Trans-Siberian Railway - Russia

By Muzna Noohu | 13, Dec, 2017
Trans-Siberian Railway - Russia
The Trans-Siberian Railway is the longest railway track in the world, running for a length of 9,289 km (5,772 miles). The railway runs from Moscow to the Russian Far East, with connecting lines branching off to Mongolia, China, and North Korea; making for one of the greatest train journeys in the world.
 
The railway was built between the years 1916 and 1891 by Tsar Alexandar III and his son Tsarevich Nicholas. Overlooked by the Russian government, this project was a way for Russia and Siberia to get better transport across the Pacific. Even today, the Trans-Siberian remains as the primary transportation link within Russia, not only getting people around but shipping over 30% of the country's exports as well.
 

Along The Way

Picture Credit - www.students.sras.org
 
The Trans-Siberian Railway is the source of one of the greatest train journeys in the world, passing through beautiful scenic towns, villages, and landscapes with different people and cultures.
 
There are also several Trans-Siberian traveler handbooks that you can read to get recommendations, and may even follow them to a key. Nevertheless, it's important that you do plenty of research beforehand about the attractions in the locations you want to visit and available amenities for Muslims.
 
The trip across Russia takes from 7-10 days; the exact length of the journey is different with each train (fast train, slow train, express, etc.) You will pass through some of the most fascinating cities and towns along the way. You can get a full list of all the stops during your journey from a Trans-Siberian railway map online, but here are a few notable places that you are most likely to encounter:
 

Moscow



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Your journey on the Trans-Siberian would begin at the Moscow Yaroslavsky Vokzal station in the capital city of Russia. This iconic city has played a major role in the development of Russia. Today, you can witness the beauty of the majestic historic buildings and cathedrals. You can also visit open-air theatres, eat local food, or go ice skating (in winter), before starting your journey.

 

Yaroslavl


Picture Credit - www.travelallrussia.com

This is one of the oldest and most historic cities in the country and is home to a UNESCO World Heritage Site. While one part of the city remains rooted in the past, another has blossomed into a commercial hub for the region, and it's truly the best of both worlds!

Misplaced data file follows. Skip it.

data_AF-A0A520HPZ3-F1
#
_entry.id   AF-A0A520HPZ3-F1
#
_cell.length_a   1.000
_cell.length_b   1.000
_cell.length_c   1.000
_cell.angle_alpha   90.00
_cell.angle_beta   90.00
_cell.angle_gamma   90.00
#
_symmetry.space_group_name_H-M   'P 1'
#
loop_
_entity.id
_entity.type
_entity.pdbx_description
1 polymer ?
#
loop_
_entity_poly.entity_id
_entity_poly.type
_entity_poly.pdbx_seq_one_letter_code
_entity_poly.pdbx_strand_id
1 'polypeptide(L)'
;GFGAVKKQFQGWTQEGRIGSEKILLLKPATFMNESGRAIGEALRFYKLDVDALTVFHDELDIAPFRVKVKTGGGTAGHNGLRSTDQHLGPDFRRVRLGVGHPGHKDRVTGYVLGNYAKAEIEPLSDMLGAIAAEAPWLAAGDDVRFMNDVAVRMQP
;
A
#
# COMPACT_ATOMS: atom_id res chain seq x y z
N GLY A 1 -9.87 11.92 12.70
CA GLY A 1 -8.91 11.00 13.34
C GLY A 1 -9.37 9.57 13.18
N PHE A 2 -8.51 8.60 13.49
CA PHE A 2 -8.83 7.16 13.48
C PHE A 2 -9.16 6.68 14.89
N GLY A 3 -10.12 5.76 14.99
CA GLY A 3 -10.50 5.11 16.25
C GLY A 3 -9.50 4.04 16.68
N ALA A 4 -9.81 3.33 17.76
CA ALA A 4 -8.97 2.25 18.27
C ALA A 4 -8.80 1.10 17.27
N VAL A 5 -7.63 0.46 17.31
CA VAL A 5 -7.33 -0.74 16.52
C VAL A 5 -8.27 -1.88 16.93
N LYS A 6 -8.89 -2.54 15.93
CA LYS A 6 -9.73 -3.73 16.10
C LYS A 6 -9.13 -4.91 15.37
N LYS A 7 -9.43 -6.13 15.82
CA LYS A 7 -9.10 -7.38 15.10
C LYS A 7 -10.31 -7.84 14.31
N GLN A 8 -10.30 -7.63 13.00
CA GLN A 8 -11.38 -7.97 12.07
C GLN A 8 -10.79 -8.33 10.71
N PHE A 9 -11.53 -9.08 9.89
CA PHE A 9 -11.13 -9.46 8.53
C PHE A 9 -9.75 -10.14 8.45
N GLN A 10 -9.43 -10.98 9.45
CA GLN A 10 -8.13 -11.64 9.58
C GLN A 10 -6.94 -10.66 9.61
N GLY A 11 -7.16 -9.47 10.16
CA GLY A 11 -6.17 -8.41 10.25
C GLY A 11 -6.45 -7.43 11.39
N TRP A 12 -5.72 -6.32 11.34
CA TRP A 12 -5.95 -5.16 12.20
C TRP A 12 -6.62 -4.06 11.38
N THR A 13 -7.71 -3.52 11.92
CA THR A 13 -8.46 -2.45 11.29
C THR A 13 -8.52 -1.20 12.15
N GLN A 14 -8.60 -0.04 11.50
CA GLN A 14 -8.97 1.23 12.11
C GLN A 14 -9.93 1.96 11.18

Chelyabinsk

Picture Credit - www.susu.ru

As the capital of the Chelyabinsk region, this city is situated at the center of Eurasia and on the eastern slope of the Ural Mountains on the Miass River. You can visit places like the Chelyabinsk Zoo and beautiful parks.
 

Omsk



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Founded as a fortress in 1716, it is one of Russia's most important transport hubs today. Located in southwest Siberia, Omsk is home to many cultural and historic museums and nature reserves.

 

Novosibirsk

Picture Credit - www.russiatrek.org

Russia's third-largest city, Novosibirsk, is a place of great culture and fun. The city has many museums, monuments, and a zoo, but it is also well known for its theatre and entertainment scene.
 

Irkutsk

Irkutsk is one of the largest cities in Eastern Siberia, and a popular stopover for passengers on the Trans-Siberian. There are many museums, historic sites, and incredible 19th-century architectural buildings to explore. The famous Lake Baikal is also situated pretty close by.
 

Krasnoyarsk

Located on the Yenisei River, this city is the fourth largest in Siberia. Krasnoyarsk is known as “the most beautiful city in Siberia” and is popular for its nature. It is home to sprawling forested mountains, the Royev Ruchey zoo and park, ski resorts, and nature reserves.
 

Ulan-Ude

The city that gives off an “exotic” vibe (compared to the Russian cities so far) is one of Siberia's most popular locations. Ulan-Ude has an Asian atmosphere and a very prominent Mongol-Buddhist culture. You can visit Buddhist temples, museums, and beaches along Lake Baikal.
 

Chita

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This formerly restricted military city is not very popular among tourists, but its definitely worth checking out. Although there are few places to visit in Chita, the most fascinating part of your time here will be interacting with the locals and witnessing their day-to-day lives.
 

Khabarovsk

Picture Credit - www.rusrailtravel.ru

Situated on the Amur River near the Chinese Border, Khabarovsk is a charming city to visit. The city has many calming and beautiful sites including beautiful parks, beaches, museums, and classic architecture. But do travel with caution, as there have been some reports of certain gangs being intolerant to foreigners.
 

Vladivostok

Picture Credit - www.russiatrek.org

Located in the Golden Horn Bay and very close to the Chinese border, Vladivostok is the final stop on your journey on the Trans-Siberian. There are plenty of sites to see, like the Vladivostok Fortress, Primorsky Aquarium, Lazurnaya Bay beach, and more.
 
You could take connecting trains along the Trans-Manchurian or the Trans-Mongolian to reach China or Mongolia.
 

Booking Process & Costs

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How much you end up paying will depend on how you plan and book a journey on the Trans-Siberian Railway. There is no single Trans-Siberian “Express”, but a bunch of different domestic and international trains operating along the railway.
 
Therefore, you could book a ticket to take you all the way from Moscow to Vladivostok (and get connecting trains up to Beijing), or stop off in between. Depending on some places, you wouldn't even need to book a ticket in advance because of the frequency of domestic trains.